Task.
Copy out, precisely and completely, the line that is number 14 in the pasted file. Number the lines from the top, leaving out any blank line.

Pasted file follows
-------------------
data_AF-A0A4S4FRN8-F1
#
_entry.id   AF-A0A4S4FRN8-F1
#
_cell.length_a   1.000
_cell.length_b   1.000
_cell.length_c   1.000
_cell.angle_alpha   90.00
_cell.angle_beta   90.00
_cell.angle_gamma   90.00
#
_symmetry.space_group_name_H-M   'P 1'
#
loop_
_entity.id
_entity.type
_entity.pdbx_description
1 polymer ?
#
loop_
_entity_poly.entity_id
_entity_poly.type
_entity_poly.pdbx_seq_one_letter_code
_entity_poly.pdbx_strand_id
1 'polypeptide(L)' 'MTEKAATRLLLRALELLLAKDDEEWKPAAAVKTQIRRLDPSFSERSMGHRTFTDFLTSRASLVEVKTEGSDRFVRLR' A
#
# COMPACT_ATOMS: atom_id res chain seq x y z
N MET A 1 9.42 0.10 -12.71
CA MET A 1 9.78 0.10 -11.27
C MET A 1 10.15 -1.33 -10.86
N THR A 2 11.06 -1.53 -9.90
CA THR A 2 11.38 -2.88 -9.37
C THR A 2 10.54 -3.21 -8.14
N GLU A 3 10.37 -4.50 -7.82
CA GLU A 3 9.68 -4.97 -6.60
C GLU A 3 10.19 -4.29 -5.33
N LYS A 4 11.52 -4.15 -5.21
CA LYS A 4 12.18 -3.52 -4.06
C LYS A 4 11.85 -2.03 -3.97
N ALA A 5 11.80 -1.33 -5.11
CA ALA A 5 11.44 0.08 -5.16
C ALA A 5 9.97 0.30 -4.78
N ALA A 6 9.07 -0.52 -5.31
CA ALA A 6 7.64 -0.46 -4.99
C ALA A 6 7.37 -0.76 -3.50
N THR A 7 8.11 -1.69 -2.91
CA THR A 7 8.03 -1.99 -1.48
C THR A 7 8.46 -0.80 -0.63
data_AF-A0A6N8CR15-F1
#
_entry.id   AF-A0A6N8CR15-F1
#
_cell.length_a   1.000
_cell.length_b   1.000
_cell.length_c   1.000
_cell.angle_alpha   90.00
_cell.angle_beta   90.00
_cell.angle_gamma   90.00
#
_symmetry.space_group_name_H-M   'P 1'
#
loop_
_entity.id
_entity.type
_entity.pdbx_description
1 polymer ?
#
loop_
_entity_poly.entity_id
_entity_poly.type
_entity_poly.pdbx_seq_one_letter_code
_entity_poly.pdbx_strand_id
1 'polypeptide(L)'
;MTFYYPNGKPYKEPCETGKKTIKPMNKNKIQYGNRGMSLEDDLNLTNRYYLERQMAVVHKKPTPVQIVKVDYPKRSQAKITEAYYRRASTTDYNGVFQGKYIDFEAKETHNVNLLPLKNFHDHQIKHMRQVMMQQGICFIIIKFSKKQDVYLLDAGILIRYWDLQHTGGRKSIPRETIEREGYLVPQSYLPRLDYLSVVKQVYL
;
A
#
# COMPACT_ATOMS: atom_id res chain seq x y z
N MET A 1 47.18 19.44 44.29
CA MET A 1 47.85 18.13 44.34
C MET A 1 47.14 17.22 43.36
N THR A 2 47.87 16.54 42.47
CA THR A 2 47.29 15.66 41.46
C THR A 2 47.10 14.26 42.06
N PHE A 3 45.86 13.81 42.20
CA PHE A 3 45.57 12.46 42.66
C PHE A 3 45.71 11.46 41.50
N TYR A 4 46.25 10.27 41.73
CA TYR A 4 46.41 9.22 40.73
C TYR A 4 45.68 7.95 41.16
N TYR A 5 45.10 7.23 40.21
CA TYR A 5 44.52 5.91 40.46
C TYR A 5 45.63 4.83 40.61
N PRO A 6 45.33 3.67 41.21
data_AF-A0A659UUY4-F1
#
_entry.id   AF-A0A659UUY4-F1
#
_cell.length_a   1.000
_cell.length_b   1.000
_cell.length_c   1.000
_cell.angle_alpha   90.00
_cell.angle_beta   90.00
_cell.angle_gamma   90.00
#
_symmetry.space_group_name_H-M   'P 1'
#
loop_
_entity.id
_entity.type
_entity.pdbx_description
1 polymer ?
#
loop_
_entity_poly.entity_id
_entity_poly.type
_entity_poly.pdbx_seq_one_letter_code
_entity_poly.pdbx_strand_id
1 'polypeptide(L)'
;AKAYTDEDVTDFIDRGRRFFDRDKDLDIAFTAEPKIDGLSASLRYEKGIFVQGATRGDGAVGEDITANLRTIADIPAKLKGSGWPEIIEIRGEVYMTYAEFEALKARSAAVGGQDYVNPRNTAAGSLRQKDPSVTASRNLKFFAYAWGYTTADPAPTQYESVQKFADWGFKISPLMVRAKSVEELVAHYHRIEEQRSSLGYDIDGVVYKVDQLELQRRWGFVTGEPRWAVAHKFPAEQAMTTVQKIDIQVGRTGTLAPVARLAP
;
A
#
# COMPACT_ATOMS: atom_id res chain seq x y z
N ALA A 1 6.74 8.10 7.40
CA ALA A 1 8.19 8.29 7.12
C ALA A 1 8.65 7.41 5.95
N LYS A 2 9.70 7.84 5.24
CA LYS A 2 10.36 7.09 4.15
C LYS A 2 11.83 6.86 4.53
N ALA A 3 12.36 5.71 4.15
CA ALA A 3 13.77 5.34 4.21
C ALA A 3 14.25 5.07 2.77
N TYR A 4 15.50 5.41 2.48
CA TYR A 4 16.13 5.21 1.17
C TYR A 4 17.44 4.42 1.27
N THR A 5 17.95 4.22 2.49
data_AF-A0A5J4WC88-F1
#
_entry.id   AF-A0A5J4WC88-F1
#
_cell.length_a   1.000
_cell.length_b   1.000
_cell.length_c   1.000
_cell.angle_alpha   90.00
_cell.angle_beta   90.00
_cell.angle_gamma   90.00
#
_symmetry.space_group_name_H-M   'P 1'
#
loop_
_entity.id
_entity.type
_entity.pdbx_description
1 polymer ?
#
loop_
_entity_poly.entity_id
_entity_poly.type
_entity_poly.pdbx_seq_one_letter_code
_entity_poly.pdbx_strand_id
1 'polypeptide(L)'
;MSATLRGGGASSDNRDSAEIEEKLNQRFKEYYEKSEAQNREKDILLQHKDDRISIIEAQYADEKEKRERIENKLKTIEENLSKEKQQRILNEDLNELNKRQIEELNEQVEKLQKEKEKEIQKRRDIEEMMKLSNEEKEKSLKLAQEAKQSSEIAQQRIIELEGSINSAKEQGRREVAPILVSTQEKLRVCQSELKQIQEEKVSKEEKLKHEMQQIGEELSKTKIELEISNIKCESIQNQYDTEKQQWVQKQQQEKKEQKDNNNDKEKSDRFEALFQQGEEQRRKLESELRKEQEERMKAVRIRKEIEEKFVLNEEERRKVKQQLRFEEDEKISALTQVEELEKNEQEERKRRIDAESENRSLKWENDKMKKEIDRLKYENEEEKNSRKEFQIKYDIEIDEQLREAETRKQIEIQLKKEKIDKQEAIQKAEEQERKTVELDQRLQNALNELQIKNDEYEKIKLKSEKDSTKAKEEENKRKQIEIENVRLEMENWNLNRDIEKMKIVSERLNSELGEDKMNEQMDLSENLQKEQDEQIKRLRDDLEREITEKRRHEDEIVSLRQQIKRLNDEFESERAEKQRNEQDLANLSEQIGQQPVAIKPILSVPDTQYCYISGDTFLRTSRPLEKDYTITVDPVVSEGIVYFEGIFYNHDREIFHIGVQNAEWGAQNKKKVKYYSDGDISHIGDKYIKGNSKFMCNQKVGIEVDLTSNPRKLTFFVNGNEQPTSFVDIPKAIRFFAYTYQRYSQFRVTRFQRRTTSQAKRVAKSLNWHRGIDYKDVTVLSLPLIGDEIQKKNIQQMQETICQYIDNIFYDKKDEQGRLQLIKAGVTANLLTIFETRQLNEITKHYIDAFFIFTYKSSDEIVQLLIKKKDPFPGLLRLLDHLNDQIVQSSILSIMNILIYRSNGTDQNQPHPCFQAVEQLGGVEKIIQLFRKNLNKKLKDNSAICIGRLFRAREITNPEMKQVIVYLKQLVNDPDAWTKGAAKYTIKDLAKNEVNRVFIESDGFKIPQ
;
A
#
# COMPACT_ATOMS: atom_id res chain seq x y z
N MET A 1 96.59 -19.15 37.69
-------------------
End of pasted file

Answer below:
loop_